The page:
If you live near a wooded area and have any type of minute crack in the exterior of your home, then you have undoubtedly been visited by a creepy, crawly winter guest over the years. The Asian lady beetle (Harmonia axyridi) seeks refuge in rocky bluffs to spend the winter in its native range, but often mistakes our home for winter refuge given the lack of rock outcrops in central Illinois. They have the uncanny ability to squeeze and crawl their way to the smallest cracks in exterior siding, windows and doors, often making it to interior rooms in our homes.
Since our homes are warm, they remain active upon reaching the interior, landing in open drink containers, buzzing around lights and winding up in your hair or on the back of your neck. Although they don’t often bite, when they do it can be quite the pinch. Their worst feature, besides being overly persistent, is likely the smelly yellowish fluid they exude from their leg joints as a defense mechanism.
Although these winter visitors can certainly raise our ire, I have to give them some credit on the positive side. The Asian lady beetle is a voracious predictor of many insects, such as aphids and scale, that are pests of agricultural crops and gardens. In their native range, they feed primarily on aphids in trees, a habit that makes them more prevalent near wooded areas in Illinois. Consequently, these beetles are noted to have the greatest positive impact on crops of woody plants, such as orchards. They have also been credited in reducing numbers of certain pests on major agricultural crops, such as the soybean aphid, thus reducing the need for pesticide controls to protect yields.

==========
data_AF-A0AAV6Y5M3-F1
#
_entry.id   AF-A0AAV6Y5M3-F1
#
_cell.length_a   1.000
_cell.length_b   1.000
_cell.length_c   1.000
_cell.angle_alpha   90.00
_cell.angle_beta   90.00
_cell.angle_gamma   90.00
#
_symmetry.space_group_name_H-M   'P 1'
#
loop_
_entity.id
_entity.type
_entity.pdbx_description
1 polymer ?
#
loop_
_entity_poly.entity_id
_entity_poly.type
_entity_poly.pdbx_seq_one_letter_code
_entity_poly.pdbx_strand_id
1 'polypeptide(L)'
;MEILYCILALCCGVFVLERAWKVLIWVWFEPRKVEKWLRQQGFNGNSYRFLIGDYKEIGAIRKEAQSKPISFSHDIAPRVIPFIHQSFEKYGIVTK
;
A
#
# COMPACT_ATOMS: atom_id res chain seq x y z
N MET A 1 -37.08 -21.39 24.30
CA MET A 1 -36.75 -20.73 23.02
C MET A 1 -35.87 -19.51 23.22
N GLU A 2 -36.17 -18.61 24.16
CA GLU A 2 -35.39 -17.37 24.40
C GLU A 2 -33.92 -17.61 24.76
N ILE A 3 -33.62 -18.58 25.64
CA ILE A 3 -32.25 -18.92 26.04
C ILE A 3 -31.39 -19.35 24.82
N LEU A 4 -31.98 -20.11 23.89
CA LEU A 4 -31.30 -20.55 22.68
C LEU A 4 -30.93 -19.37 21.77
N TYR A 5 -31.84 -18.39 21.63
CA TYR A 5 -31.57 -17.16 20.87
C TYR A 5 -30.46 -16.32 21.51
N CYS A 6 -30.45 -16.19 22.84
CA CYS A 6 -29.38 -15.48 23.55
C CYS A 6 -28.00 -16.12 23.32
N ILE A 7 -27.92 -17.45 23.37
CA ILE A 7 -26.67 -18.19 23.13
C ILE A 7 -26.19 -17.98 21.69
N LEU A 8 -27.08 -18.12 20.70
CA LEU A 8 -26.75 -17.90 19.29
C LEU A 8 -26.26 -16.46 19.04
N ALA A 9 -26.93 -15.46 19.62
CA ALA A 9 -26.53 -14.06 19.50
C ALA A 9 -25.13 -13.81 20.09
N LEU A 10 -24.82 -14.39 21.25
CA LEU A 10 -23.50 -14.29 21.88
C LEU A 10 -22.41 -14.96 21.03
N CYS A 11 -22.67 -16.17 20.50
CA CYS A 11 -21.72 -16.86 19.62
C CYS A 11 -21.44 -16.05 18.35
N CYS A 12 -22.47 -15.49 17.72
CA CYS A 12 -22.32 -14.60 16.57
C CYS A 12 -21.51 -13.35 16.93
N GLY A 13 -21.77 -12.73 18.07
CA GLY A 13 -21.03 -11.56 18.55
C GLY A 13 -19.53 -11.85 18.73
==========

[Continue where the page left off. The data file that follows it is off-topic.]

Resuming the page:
Although Asian lady beetles are an interesting use of biological control to reduce pest populations and subsequent pesticide use, lessons learned from past introductions of exotic species have taught us about the unintended negative impacts to ecosystems. While the beetles have generally been considered a positive, they have put pressure on our native lady beetle (or ladybug) populations, which are not as aggressive and have trouble competing for food.
Interestingly, there is still some mystery surrounding the introduction of the Asian lady beetle in the US. Attempts to introduce the species were mounted as early as 1916 in California and continued through the early 80’sin multiple eastern and southern states. However, no successful overwintering beetles were ever detected following an introduction event. In the late 80’s, an established population was discovered in Louisiana, near New Orleans, which cannot be directly linked to a known introduction. To this day, it is unclear if accidental introduction or intentional release programs established the species.
Although Asian lady beetles are generally viewed as positive in the horticulture world, they can be a downright aggravating as winter roommates. Prevention is the most effective step in controlling indoor populations during the winter months.
Homeowners should begin by sealing all exterior cracks around windows, doors and foundations. Often times significant cracks are present where siding meets at corners or along roof soffits. I have had pretty good success reducing lady beetle numbers by sealing the exterior of my home. As a secondary mode of defense, look to seal interior cracks and pathways such as holes for pipes or electrical fixtures. Although lady beetles may overwinter in your walls, it may be of little consequence if they cannot enter interior rooms.
If you are unsuccessful at stopping the onslaught of these little critters, there are some effective indoor traps on the market. Research has shown that Asian lady beetles are attracted to light. They tend to congregate more on lighter colored buildings and anyone who has a significant indoor population in the winter has observed their habits on light fixtures. Indoor traps are constructed using a light bulb and some kind of trapping mechanism. They typically use a black light and are turned on overnight to trap the beetles while you sleep. Multiple companies sell the traps online and I have even found some pretty good plans for DIY traps, although they don’t look quite as nice as those for sale.
If you suffer from a heavy winter beetle infestation, I wish you the best in all control efforts. They can be quite difficult to curtail. The thing to keep in mind is that although they are bothersome and downright smelly during the winter months, they may be eating enough pests during the (much longer) growing season that we actually experience a positive overall impact from these little guys.